"By Kin-fu-tzi!" exclaimed the admiral, a few seconds later, "that craft is very much nearer than I thought from the appearance of her rocket-- not more than seven miles away, at the utmost. She is a two-masted, one-funnelled steamer, and, I'm almost certain, is a man-o'-war. Now, what should she be doing just there? Have the Japanese sent a vessel over here for scouting purposes, or is she one of our ships? She looks very much like--and yet she cannot be, surely,--the ship I intend you to have, Mr Frobisher--the Chih' Yuen, the new cruiser which we have purchased from Great Britain, and which only arrived out here a few weeks ago. But I do not understand what she is doing there, if it is she; for, as I told you, we had no captain in our whole service to whom we cared to entrust her, which was one of my reasons for asking you to take service with us. I cannot understand it at all," and he began to gnaw his moustache perplexedly. "But perhaps," he continued, "I may be mistaken. I must be mistaken; it cannot possibly be the Chih' Yuen."
At this moment another rocket went soaring up into the night sky, followed by another and another; and then the distant boom of a signal-gun came to their ears, borne on the wings of the hurricane.
"May the spirits of their ancestors protect them!" exclaimed Wong-lih piously. "We, alas, can do nothing! She will be lying fathoms deep in the gulf by morning."
But, as though in answer to the admiral's prayer--so suddenly did the change take place--there came a lull in the furious wind, and the three men on the bridge were able to spare a hand to dash the spray from their eyes before the gale struck them again. This time, however, the wild outburst lasted only a few minutes, then ceased as suddenly as before; the thunder was less loud, and the lightning was far less vivid and terrifying. Then the black pall of sky above them began to break up into isolated patches, and a few minutes later the moon and stars showed intermittently between the rifts; the storm was dying away almost as quickly as it had sprung up. But, unfortunately, as soon as the wind dropped the sea began to rise, until within a very short time there was quite a heavy swell running.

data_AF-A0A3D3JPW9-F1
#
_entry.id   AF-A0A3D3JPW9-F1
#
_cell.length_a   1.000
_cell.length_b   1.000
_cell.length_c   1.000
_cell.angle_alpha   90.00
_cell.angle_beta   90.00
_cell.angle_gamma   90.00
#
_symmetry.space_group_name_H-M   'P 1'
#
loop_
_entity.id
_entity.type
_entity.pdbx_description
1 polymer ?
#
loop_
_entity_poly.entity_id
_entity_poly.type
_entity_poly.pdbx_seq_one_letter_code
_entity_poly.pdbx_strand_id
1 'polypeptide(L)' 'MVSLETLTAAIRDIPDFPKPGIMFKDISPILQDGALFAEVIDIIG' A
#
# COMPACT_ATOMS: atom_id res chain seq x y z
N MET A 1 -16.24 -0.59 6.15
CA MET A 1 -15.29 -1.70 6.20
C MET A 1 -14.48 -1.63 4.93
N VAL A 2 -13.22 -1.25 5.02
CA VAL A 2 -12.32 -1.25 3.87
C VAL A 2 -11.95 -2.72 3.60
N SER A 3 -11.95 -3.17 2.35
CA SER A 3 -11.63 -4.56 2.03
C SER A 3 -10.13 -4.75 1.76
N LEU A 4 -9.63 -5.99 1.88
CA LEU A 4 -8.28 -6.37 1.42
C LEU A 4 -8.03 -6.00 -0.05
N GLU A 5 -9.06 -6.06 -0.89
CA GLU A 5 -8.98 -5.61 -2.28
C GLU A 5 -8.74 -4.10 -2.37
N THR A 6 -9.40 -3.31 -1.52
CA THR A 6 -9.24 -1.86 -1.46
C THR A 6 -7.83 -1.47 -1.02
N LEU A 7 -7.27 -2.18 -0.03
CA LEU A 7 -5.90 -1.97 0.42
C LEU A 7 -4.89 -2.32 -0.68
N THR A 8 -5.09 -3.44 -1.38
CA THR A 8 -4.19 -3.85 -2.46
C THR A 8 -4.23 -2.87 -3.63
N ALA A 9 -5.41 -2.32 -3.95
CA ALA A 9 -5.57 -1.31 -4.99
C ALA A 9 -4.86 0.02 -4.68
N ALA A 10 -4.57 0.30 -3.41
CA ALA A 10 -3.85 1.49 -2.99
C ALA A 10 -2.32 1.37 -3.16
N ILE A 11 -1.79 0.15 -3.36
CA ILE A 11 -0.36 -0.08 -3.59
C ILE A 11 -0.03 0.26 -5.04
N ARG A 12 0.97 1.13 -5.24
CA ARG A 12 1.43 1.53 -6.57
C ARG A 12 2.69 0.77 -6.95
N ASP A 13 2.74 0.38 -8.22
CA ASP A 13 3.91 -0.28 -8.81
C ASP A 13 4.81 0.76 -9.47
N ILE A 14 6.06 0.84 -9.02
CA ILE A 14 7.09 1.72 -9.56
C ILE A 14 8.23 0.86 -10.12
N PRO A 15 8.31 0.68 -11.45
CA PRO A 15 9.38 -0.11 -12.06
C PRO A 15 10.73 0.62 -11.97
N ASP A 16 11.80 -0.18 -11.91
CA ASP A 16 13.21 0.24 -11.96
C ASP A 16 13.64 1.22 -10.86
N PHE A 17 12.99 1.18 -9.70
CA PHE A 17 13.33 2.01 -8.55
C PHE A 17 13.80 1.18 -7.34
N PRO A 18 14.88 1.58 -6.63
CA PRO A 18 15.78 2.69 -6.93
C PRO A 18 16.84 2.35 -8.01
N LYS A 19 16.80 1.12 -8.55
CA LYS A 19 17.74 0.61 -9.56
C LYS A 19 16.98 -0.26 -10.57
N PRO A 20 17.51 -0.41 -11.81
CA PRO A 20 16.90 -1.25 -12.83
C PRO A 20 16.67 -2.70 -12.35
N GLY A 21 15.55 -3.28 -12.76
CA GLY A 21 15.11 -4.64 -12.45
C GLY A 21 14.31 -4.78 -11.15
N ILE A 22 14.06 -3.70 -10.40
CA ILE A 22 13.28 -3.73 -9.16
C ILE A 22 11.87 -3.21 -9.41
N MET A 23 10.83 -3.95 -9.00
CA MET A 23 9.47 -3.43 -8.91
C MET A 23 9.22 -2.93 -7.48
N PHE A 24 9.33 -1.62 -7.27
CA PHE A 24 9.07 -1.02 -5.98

The captain of the dispatch-boat lost not an instant in heading his ship direct for the spot from which the rockets had been seen to rise. The vessel's search-light was brought into action, and the skipper told off a man to sweep the sea ahead with its powerful beam, so that the exact position of the wreck might be located at the earliest possible moment; for during the last few minutes no rockets had been sent up, which was a very sinister sign.
With the cessation of the wind the heavy sea did not very greatly interfere with the San-Chan's speed, and she raced through the water on her errand of mercy at the rate of fully eighteen knots, the bearings of her engines smoking as the oil from the cups dripped upon their heated surfaces; and it was not more than half an hour before the man at the search-light found his object and kept the beam playing on her. She was then only a few miles ahead, and stood out, a great mass of silver in the rays of the search-light, against the black background of the night, with the sea breaking over her. Through the telescope her people could be seen running about her decks, and steam was still blowing off through her waste-pipes, so, apparently, the water had not yet reached her engine-room. Frobisher noticed that no effort was being made to get the boats out; but this might be because of the heavy sea running.